After Powhatan's death, there was a brief period of uncertainty, then Opechancanough himself became Paramount Chief, taking over the "empire" of tribes that he had masterminded under Powhatan. By 1622, the influx of English was becoming alarming. He apparently believed the English to be so strong that only a telling and total blow would suffice to drive them away. Those who want to know the details will have to read the book--there simply isn't space to cover them in a review. Here is Bridenbaugh's assessment of the attack from a military standpoint:
"The deliberate, admirably timed attempt to exterminate the white invaders was, no doubt, thought of by Opechancanough and his followers as a stroke for Indian freedom. We have seen that since 1613 he had been planning an all-out attack. By means of diplomacy of which any European could have been proud, this chieftain united the Powhatans, their "auxiliaries", and the Chickahominies, worked out tactics with consummate skill, and decided upon the day and hour when, simultaneously, the natives were to fall upon all of the whites.
"The preservation of secrecy throughout the entire undertaking was miraculous. Employing both Indian and European methods of deception and surprise, he won a victory that elicited reluctant praise from many leaders across the sea.....All things considered, the "massacre" of1622 was probably the most brilliantly conceived, planned, and executed uprising against white aggression in the history of the American Indians." (End of Bridenbaugh quotation)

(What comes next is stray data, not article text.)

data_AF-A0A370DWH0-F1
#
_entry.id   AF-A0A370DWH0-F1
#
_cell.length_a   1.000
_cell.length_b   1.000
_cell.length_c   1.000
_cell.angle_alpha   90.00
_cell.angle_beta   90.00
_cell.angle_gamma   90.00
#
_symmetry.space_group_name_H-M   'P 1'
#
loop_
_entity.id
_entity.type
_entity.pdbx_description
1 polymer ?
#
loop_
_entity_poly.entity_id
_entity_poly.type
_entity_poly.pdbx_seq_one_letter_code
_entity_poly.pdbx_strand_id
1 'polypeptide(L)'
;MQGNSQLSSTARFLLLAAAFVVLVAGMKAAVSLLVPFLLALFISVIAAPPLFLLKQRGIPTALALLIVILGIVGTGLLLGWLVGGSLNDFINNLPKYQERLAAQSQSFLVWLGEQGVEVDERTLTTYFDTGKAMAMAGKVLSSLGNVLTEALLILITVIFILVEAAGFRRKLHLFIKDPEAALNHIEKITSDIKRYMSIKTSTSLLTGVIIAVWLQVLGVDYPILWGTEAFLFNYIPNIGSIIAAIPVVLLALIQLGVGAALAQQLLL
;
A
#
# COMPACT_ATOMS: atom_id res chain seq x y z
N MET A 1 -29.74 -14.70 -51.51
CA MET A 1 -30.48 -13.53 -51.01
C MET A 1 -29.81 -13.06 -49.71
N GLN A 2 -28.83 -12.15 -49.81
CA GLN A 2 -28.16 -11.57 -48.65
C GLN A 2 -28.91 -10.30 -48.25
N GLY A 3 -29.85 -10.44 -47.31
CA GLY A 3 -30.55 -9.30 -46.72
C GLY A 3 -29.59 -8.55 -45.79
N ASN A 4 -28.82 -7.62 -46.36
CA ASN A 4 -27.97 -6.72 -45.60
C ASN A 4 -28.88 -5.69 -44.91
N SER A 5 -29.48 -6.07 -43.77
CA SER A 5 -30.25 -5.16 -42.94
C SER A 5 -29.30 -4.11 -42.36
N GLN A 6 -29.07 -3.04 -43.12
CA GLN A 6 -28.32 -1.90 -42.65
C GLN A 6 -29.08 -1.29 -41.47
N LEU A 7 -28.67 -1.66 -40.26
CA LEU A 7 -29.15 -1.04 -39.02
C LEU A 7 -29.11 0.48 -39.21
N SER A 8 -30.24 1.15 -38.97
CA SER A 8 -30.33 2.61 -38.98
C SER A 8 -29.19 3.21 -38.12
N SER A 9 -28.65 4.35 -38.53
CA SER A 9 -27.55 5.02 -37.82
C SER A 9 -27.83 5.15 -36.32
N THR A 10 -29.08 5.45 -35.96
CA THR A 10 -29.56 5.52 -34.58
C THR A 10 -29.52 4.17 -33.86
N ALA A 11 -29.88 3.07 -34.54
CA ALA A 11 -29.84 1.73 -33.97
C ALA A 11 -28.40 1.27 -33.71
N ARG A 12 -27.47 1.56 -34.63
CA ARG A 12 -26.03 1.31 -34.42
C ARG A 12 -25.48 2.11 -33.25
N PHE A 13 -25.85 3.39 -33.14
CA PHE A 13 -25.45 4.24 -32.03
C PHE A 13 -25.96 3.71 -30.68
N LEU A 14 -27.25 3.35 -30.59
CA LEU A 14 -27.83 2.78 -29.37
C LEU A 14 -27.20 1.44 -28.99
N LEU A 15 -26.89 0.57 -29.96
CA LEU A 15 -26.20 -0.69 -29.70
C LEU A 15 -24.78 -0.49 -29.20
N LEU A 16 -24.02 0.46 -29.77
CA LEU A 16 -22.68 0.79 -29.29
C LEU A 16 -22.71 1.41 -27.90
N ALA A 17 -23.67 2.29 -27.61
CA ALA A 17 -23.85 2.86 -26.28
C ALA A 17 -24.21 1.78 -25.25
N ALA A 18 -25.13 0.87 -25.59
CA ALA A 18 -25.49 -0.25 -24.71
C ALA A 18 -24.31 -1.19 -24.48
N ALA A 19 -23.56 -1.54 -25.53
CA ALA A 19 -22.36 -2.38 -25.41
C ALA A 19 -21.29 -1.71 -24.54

But his "victory" was not complete and was short-lived. The reaction of the English after the attack was swift, grim, and relentless. They began a systematic destruction of Indian crops and villages and a slaughter of men, women, and children which continued for ten years. By 1632, the peninsula between the James and York rivers was cleared of natives, the first "Indian removal" in the history of North America. One wonders what Chanco, a hero among the English, thought as he watched the extermination of his people. His prevention of one massacre had only brought on another.
As for Opechancanough, he was shot in the back by an English soldier in the streetsof Jamestown in 1644, at the approximate age of 100. His executioners remained unaware that their prisoner was a literate and well traveled man. Opechancanough never revealed his past to the English. It was only much later that historians learned of it from Spanish records and pieced the account together. Bridenbaugh makes use of these records and others, including Indian stories and legends, to put together a plausible explanation of a puzzling event. Not all of his conclusions can be proven, but his account makes sense of events that otherwise have no explanation.
Bridenbaugh covers other topics as well. The religious makeup of the colony is interesting, as is his account of the Bacon uprising later in the century. These topics are of less direct interest to Pace discontents, so they have not been covered in this review. His book is well worth reading.